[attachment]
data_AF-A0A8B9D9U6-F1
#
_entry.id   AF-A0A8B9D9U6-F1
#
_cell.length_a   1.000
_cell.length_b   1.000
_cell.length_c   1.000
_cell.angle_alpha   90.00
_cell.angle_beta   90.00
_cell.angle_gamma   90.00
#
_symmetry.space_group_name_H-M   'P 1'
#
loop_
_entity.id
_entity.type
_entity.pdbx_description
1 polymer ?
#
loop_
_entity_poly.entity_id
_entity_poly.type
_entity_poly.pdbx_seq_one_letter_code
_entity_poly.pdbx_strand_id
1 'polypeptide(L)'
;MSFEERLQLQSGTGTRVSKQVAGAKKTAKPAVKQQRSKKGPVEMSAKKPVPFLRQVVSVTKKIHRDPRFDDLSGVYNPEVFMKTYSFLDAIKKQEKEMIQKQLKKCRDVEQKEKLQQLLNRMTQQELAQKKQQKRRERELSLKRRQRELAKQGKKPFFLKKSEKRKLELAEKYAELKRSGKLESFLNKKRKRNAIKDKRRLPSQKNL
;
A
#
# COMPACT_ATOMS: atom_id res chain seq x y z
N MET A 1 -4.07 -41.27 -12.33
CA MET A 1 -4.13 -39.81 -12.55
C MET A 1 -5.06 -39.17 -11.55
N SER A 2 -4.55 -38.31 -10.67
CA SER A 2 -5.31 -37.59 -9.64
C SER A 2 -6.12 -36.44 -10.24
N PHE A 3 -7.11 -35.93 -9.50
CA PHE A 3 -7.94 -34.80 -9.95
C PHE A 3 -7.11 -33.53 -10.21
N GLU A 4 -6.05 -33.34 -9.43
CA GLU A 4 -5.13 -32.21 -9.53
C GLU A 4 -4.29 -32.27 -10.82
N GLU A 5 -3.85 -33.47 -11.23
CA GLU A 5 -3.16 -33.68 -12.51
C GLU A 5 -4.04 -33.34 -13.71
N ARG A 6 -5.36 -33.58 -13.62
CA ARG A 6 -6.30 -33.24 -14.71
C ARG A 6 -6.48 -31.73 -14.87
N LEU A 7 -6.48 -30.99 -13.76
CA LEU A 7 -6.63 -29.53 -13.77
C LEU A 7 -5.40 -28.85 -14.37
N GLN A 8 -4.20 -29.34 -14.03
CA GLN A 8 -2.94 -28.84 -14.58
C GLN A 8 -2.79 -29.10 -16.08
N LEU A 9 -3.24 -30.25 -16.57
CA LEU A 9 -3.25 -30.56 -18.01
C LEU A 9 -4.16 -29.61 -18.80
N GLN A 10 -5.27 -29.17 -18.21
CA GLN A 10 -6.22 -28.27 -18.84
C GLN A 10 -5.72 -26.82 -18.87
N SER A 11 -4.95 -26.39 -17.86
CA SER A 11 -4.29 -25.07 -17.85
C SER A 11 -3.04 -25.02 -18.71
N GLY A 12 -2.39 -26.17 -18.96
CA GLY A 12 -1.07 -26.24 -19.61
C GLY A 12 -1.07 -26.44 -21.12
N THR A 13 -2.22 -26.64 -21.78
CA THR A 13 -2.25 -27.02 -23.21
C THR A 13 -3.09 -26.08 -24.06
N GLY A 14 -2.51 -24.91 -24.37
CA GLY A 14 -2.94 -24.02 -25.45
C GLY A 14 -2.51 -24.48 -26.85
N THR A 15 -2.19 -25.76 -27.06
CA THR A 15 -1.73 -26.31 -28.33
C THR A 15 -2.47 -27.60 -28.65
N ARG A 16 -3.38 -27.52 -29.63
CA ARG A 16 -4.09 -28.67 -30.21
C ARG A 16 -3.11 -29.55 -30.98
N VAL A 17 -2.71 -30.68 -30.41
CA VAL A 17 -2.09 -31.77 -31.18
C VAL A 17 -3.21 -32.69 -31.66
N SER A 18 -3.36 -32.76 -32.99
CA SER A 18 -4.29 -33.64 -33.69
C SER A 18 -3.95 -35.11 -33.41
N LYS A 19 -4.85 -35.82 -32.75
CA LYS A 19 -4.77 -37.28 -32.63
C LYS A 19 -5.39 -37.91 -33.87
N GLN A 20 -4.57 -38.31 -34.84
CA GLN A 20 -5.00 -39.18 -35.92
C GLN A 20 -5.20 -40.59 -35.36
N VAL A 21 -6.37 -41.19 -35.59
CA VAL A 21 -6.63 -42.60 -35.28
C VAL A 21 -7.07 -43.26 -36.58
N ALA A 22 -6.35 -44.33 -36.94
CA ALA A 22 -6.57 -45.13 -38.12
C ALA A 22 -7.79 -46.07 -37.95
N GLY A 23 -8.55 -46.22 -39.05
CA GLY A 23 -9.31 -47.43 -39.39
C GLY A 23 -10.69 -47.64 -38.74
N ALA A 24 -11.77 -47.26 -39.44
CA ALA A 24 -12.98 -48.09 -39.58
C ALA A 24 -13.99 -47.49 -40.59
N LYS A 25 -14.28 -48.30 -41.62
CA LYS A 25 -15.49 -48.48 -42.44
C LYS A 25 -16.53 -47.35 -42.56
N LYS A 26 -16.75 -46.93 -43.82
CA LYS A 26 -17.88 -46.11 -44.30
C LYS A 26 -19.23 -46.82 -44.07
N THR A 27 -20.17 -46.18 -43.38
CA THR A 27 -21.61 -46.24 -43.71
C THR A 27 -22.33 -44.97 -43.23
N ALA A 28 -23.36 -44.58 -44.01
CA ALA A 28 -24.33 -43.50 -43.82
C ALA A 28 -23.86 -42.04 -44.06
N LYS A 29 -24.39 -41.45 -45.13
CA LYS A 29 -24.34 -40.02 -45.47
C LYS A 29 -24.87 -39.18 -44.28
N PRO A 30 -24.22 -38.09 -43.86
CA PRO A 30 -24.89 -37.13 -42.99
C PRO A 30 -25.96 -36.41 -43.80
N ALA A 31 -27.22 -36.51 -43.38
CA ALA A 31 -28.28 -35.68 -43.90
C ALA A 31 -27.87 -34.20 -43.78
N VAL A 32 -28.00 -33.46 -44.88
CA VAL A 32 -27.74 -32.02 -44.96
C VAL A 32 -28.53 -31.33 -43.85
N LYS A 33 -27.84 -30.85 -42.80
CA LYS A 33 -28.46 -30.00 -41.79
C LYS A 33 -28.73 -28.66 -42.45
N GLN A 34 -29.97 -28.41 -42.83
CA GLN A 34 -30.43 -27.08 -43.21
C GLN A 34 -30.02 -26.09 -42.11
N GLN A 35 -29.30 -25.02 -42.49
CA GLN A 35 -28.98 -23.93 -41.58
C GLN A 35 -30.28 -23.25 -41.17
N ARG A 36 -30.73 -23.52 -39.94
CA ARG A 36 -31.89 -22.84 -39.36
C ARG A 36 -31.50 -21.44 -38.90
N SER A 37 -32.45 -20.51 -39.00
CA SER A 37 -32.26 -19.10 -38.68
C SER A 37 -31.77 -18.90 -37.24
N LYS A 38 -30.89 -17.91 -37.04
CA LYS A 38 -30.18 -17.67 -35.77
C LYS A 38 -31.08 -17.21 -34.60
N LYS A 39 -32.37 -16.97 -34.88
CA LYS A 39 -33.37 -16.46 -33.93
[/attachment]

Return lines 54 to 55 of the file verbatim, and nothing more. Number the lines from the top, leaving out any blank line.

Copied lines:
C GLN A 8 -2.79 -29.10 -16.08
N LEU A 9 -3.24 -30.25 -16.57